Should we continue in sin in order that grace may abound?” (Romans 6:1b)

There are some really pointless questions that can be asked, beloved reader. This is one of them. I could think of and write other pointless questions on a broad range of topics, but that won’t get us very far. And I would probably find myself inching up on to a soap box, and I really do not have the energy for that. So let’s just go to Paul’s answer.

“By no means! How can we who died to sin go on living in it?” (Verse 2)

All apologies to Paul, but the question is the second part of that verse is also kind of pointless. Because the fact is that we do go on living in sin. May be not great devastating sin, and probably not the type of sin that is flagrant. But being human and prone to misjudgments and misunderstanding, we do sin. Paul said himself, of himself, he does what he should not and what he should not/does not want to do – he does. I assume he was referring to sin. He is right that we should not sin, considering what had been done to free humanity from sin. And if his question serves the purpose of preventing or dissuading ourselves from being drawn into sin, it is a good question to ask ourselves. He asks another good question.

“Do you not know that all of us who have been baptized into Christ Jesus were baptized into his death? Therefore we have been buried with him by baptism into death, so that, just as Christ was raised from the dead by the glory of the Father, so we too might walk in the newness of life. For if we have been united with him in a death like his, we will certainly be united with him in a resurrection like his. We know that our old self was crucified with him so that the body of sin might be destroyed, and we might no longer be enslaved to sin. For whoever has died is freed from sin. But if we have died with Christ, we believe that we will also live with him. We know that Christ, being raised from the dead, will never die again; death no longer has dominion over him. The death he died, he died to sin, once for all; but the life he lives, he lives to God.” (Verses 3 – 10)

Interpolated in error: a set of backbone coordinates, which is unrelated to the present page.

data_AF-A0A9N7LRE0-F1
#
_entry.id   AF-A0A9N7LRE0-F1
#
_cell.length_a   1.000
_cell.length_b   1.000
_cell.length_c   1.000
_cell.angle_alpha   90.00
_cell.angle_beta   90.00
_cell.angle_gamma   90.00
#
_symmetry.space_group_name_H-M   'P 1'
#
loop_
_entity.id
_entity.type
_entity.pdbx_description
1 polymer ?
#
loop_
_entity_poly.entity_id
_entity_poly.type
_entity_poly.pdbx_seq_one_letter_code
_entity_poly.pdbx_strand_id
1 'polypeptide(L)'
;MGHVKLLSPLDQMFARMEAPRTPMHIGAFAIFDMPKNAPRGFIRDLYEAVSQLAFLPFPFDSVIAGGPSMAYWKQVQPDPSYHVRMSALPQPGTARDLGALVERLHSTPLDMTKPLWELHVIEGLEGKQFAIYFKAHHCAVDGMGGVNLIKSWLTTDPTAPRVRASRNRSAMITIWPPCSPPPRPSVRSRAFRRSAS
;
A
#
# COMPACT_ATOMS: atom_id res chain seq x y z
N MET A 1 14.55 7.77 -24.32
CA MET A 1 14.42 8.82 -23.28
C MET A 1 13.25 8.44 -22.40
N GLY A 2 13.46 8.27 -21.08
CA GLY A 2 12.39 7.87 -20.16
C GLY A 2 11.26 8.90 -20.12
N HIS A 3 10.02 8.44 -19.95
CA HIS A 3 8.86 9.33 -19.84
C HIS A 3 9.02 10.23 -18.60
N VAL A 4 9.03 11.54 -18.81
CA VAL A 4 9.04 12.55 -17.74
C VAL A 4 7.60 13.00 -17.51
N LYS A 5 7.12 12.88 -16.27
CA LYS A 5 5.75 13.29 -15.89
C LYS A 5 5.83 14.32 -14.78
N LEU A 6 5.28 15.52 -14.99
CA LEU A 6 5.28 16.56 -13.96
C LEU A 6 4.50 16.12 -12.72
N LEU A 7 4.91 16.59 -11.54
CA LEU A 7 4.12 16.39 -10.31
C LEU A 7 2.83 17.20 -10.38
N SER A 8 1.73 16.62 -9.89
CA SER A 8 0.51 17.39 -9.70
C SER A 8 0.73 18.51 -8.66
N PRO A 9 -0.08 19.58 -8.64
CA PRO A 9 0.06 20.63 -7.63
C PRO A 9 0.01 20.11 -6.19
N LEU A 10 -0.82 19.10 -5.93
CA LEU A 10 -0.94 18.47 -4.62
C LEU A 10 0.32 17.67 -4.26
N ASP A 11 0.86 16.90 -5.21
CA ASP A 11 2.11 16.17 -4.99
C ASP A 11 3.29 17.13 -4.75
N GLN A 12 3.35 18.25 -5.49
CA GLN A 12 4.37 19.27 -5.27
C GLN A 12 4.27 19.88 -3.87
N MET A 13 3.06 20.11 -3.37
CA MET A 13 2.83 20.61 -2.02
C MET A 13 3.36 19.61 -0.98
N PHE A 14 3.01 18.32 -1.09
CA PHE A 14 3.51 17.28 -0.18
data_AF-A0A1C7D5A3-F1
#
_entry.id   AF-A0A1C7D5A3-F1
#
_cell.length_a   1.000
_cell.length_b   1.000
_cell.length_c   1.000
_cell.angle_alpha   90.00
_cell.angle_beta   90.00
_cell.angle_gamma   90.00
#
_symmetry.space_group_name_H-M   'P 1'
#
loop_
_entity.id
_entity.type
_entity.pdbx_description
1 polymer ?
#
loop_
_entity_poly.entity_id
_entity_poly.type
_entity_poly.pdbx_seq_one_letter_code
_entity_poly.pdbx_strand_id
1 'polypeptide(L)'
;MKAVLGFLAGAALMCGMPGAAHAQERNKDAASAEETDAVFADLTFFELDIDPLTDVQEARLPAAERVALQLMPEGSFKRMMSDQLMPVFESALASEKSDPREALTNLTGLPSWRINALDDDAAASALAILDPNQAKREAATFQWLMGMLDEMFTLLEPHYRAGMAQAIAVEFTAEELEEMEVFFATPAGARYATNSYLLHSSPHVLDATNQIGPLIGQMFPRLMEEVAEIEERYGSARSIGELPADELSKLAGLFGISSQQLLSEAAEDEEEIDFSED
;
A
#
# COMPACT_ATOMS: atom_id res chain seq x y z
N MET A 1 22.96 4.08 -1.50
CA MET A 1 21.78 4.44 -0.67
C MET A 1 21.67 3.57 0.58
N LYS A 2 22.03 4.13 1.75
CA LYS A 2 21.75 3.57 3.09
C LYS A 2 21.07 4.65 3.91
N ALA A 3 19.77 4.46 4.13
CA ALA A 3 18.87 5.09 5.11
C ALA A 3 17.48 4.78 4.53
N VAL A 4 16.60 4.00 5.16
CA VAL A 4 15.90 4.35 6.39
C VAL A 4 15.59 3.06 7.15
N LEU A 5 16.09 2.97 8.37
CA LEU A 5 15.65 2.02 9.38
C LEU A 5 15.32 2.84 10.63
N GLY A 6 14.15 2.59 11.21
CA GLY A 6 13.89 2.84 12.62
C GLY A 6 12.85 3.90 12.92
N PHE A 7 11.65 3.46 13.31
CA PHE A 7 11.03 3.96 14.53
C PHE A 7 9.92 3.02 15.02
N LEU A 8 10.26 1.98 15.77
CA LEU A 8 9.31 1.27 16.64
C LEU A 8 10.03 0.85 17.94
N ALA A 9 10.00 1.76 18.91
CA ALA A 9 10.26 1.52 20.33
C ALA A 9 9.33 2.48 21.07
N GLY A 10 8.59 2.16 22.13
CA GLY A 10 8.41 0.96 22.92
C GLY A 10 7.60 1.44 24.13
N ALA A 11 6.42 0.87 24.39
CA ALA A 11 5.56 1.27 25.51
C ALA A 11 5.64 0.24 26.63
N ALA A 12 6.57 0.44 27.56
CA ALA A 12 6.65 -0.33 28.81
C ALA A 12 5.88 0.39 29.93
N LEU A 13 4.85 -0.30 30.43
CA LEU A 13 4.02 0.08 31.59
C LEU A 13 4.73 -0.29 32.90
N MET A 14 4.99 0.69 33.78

Paul’s echoes in one’s mind – should we sin just so the cycle of redemption and forgiveness can start up again? Well, no. But can we stop the cycle of sinning and needing forgiveness? That is a harder question, and one I am not sure we should try to answer lest we make promises we cannot keep – which is, sort of, a sin.

“So you also must consider yourselves dead to sin and alive to God in Christ Jesus.” (Verse 11)

What we have to do though, which Paul does not address in this passage, is confess our sin and rely – once again – on the grace that abounds. It may not be easy, beloved reader, to have to concede that we cannot fulfill Paul’s expectation. But, within the grace that abounds from the Divine there is also mercy. Praise be to the Divine that it is so! Shalom & Selah!